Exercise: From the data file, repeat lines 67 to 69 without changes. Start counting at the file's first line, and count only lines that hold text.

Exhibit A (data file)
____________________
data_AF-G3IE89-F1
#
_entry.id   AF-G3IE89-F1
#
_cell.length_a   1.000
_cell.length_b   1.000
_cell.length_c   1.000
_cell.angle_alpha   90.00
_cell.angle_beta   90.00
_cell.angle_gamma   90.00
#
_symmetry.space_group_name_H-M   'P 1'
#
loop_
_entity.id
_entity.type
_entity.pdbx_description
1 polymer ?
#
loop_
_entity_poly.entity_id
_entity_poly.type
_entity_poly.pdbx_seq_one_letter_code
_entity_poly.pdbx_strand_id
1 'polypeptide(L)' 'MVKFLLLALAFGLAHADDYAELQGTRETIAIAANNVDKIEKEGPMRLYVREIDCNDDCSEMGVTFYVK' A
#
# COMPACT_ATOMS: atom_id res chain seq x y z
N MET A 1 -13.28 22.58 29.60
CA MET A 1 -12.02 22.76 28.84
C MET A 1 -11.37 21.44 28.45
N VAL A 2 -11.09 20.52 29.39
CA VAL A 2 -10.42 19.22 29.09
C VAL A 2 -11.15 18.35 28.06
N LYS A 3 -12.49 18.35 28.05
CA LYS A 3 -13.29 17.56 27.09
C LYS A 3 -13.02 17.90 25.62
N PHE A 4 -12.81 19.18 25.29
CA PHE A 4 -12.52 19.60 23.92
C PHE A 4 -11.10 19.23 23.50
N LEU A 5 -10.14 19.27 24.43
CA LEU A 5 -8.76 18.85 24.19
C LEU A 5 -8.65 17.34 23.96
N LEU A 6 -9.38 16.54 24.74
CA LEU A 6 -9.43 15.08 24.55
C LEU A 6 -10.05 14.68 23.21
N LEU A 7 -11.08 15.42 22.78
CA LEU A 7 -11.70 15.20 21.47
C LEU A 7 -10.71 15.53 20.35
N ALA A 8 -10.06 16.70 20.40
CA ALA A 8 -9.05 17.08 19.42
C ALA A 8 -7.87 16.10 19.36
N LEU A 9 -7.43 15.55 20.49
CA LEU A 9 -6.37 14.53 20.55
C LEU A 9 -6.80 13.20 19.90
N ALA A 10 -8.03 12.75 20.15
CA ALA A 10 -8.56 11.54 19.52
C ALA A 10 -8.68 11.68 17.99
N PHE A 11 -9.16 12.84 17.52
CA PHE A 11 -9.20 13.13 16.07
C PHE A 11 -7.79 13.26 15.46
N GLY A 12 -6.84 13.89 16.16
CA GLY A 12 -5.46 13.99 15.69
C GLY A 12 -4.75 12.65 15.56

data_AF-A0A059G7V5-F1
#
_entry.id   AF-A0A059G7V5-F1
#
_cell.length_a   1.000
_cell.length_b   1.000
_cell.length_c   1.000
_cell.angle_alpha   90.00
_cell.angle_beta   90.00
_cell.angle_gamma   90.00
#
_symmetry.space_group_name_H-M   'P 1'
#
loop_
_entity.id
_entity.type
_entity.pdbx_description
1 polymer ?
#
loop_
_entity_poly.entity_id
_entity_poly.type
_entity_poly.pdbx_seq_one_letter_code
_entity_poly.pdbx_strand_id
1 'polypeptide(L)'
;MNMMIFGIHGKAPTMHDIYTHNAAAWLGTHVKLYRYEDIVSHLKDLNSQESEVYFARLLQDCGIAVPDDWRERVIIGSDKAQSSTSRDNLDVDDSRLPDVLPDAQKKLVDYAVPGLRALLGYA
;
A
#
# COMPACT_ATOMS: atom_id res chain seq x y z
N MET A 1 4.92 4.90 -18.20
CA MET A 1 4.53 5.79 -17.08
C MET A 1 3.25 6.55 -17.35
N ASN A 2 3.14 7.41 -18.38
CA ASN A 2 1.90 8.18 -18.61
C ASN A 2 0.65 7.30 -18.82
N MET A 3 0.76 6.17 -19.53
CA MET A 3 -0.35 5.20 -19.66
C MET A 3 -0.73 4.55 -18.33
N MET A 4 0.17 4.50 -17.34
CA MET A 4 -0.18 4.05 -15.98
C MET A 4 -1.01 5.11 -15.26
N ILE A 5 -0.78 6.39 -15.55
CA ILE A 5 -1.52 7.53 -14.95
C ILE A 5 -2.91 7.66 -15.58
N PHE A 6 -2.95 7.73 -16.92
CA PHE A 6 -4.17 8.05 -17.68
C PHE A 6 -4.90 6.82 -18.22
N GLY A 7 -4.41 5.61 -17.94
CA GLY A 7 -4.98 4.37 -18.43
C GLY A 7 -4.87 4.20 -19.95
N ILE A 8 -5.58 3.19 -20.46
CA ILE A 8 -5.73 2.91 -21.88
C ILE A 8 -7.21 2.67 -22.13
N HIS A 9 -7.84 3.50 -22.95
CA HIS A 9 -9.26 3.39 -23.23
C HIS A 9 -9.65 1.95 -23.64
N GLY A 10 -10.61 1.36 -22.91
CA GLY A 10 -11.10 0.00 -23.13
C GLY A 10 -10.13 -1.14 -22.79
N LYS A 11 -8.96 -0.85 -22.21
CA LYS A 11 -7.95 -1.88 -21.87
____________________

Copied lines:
#
_cell.length_a   1.000
_cell.length_b   1.000